World-building through Translating the Dakota Letters (Conference Paper/Presentation)
Title: World-building through Translating the Dakota Letters
Author: Rachel Schienke
Abstract: This panel focuses on the translations of first-person narratives of those Dakota people writing in their own language during the mid-nineteenth century and their experiences here in the heart of Mni Sota Makoce, the Dakota homeland now called Minnesota. The translation from Dakota to English, along with historical and biographical context, will provide access to a body of epistolary work previously unavailable to scholars of Dakota history and culture, of Minnesota and Plains storytelling, and of American Indian policies during the Civil War. Beyond local and regional interest, these translated letters also have significance for scholars in the fields of epistolary studies, internment camp studies, as well as truth commissions and reconciliation. Rachel Schienke will talk about decoding Dakota worldviews through the transcription and translation process.
Date: 10/27/2017
Primary URL: http://http://www.westernlit.org/wp-content/uploads/2010/06/2017-Program-as-of-10-23-17.pdf
Primary URL Description: Western Literature Association Conference Program page with participants' name and titles listed.
Secondary URL: http://www.westernlit.org
Secondary URL Description: WLA Homepage
Conference Name: Western Literature Association

In Our Own Words: The Significance of Dakota Scholarship (Public Lecture or Presentation)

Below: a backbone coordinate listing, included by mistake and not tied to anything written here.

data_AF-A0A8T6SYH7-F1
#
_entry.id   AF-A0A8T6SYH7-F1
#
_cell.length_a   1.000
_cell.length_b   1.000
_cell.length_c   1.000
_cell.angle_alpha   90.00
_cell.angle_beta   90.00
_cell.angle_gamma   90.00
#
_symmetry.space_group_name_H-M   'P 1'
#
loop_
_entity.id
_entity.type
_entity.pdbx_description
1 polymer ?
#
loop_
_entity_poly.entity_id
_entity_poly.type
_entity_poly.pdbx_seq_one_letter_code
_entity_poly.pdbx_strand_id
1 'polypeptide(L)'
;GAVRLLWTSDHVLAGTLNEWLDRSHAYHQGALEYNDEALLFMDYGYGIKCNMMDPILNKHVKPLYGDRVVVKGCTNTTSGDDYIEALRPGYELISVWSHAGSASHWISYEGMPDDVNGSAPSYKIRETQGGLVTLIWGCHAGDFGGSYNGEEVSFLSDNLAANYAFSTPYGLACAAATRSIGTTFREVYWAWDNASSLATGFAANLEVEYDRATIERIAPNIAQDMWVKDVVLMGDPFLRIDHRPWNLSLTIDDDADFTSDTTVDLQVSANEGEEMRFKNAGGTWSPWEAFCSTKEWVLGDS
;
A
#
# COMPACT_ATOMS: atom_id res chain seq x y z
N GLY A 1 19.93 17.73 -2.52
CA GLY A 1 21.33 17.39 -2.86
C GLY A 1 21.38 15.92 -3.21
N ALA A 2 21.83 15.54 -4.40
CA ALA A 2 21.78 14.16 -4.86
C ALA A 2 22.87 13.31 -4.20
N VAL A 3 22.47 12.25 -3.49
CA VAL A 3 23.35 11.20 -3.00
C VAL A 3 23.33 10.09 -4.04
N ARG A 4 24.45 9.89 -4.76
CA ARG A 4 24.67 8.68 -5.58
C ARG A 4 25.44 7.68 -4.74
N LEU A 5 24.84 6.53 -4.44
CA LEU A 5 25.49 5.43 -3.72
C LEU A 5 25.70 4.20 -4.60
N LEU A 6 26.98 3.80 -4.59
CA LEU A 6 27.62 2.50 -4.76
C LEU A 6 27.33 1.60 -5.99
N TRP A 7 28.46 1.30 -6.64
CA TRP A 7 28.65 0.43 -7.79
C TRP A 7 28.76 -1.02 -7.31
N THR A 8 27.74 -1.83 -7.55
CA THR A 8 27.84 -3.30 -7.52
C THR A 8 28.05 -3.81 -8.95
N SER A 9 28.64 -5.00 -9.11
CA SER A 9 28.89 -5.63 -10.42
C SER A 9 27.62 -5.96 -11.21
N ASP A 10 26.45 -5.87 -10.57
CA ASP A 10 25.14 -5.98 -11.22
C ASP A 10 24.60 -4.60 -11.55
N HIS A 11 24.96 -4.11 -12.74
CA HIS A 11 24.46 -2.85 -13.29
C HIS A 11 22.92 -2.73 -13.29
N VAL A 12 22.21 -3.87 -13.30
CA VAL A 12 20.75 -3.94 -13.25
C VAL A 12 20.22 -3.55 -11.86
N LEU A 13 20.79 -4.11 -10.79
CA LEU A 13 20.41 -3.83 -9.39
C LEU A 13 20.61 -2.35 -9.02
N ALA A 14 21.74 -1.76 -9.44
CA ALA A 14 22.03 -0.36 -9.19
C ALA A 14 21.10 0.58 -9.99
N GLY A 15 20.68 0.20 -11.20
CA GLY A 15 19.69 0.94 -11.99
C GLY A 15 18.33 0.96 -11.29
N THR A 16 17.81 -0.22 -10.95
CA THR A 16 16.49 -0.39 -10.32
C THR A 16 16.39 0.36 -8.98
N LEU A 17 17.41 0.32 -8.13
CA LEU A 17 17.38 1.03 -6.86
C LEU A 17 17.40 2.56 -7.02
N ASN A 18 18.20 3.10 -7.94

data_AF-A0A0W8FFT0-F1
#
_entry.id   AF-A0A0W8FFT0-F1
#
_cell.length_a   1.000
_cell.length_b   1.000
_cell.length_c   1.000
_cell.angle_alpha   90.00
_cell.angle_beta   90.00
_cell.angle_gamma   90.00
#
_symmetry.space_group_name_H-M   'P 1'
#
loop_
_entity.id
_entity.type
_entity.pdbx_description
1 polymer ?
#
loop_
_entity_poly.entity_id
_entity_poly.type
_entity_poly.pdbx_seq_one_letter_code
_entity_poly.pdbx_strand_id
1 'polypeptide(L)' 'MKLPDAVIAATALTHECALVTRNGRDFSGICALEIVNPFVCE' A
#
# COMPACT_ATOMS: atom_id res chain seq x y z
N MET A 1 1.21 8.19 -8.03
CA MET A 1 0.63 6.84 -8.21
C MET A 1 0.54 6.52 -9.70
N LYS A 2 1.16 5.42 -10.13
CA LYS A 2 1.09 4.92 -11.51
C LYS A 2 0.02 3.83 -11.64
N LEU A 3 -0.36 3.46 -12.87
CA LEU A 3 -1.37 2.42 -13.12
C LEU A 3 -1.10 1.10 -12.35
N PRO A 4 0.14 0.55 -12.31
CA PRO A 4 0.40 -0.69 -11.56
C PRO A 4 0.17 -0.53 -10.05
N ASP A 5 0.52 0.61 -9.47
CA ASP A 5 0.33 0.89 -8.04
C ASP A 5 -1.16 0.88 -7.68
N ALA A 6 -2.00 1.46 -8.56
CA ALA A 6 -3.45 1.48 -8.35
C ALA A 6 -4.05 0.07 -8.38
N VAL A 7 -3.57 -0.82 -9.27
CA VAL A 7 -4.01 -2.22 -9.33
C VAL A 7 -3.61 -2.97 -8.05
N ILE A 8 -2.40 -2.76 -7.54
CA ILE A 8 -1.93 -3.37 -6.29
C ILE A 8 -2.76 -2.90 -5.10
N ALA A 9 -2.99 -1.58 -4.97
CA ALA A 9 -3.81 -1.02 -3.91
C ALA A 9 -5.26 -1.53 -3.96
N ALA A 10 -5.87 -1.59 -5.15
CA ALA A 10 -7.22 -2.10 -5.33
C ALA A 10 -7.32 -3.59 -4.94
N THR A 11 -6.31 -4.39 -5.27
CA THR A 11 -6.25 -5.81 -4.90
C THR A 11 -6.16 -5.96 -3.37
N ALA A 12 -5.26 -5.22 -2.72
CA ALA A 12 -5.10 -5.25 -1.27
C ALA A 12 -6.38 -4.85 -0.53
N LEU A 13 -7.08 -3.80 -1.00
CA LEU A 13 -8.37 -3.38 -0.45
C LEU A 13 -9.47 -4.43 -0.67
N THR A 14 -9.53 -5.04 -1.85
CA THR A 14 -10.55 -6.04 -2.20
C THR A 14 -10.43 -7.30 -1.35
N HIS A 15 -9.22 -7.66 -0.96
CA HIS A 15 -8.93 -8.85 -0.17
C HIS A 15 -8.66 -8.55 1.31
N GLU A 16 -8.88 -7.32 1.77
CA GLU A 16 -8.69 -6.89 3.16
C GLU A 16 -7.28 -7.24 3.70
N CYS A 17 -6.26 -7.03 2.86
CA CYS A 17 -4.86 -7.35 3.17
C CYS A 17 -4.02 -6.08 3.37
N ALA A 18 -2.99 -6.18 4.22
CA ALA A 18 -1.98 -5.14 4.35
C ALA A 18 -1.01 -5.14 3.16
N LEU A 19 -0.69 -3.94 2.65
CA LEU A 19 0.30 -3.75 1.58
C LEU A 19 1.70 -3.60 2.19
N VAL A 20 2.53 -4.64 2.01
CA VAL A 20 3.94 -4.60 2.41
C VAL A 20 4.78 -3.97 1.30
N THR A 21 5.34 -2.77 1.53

Title: In Our Own Words: The Significance of Dakota Scholarship
Abstract: The 2017 Joseph Harper Cash Memorial Lecture The University of South Dakota Despite the historical and linguistic significance of this collection of letters written by Dakota people in the mid-nineteenth century, it will be extremely important to provide a critical introduction to establish the historical and intellectual contexts. Knowing the extreme conditions under which many of the letters were written and the ultimate exile of the Dakota people from their homeland will contribute to a better understanding of the texts. Including digital facsimiles of the original letters will help establish the literacy and eloquence of Dakota people, and American Indians as group, during a period in history when they were thought to be illiterate.
Author: Gwen N. Westerman
Date: 03/23/2017
Location: Vermillion, SD
Primary URL: http://calendar.usd.edu/cal/event/eventView.do?b=de&calPath=/public/cals/MainCal&guid=CAL-406ca799-596e5998-0159-706e2be2-00006624demobedework@mysite.edu&recurrenceId=
Primary URL Description: University of South Dakota Public Events Calendar